The haulage sector should expect excellent results for their autumn operations. And they really need to have a few strong months to do, as the economic downturn caused by the spring Covid wave has led to an average 30% drop in demand for road services in the EU market.
The drastic collapse happening in just a few weeks shocked hauliers, who were forced to adapt to the new situation with immediate cost and capacity reductions. However, the drastic reduction in the number of lorries was slower than the disappearance of orders, so the temporarily fierce competition in the market resulted in a fall in prices, which could be hardly balanced by the lower fuel costs. Hauliers across Europe have thus suffered serious losses not only in size but also in their profitability.
The autumn period may bring some remedy for this. It will definitely start with a lack of capacity and may even lead to a lasting rise in prices. However, I warn hauliers!! This relative lack of capacity may be temporary, as the European economic performance still falls short of the same period of last year. Presumably, the fortunate constellation of the reduced lorry park and the slightly rising seasonal industrial production cause a beneficial situation. It is also worth noting that one-off effects such as pre-Brexit stockpiling and the stockpiling wave of the resumption of industrial production may also induce current oversupply.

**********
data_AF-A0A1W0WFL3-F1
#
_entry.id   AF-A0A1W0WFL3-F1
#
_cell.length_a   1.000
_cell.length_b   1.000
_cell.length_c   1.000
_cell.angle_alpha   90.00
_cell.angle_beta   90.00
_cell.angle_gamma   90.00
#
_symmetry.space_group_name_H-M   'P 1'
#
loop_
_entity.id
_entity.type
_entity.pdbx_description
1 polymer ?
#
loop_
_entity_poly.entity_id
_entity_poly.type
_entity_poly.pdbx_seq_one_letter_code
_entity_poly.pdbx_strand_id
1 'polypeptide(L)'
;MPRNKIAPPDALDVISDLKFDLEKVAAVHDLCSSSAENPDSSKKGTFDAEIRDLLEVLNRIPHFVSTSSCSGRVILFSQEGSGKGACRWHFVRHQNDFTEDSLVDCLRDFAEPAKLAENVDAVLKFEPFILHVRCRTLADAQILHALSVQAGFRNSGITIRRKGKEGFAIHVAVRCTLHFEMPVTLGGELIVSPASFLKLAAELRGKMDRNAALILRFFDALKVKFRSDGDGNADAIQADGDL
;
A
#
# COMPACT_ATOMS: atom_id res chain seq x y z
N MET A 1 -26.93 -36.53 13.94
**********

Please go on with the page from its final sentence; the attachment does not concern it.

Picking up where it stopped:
You should wait wisely to reset your trucks! While this capacity shortage situation may persist through the year, a tough first quarter may come in 2021, when the road market may even struggle with surpluses again.
In my opinion, the autumn period should be used by hauliers to raise prices and use their recoverable profitability to replenish their emptied budget in anticipation of any further difficult periods. If I were in their shoes, I would only think of increasing the fleet if the spring of 2021 also brings good demand and the profitable price level can be maintained for a long time.
Photo credit @ Anilsyal/ Wikimedia Commons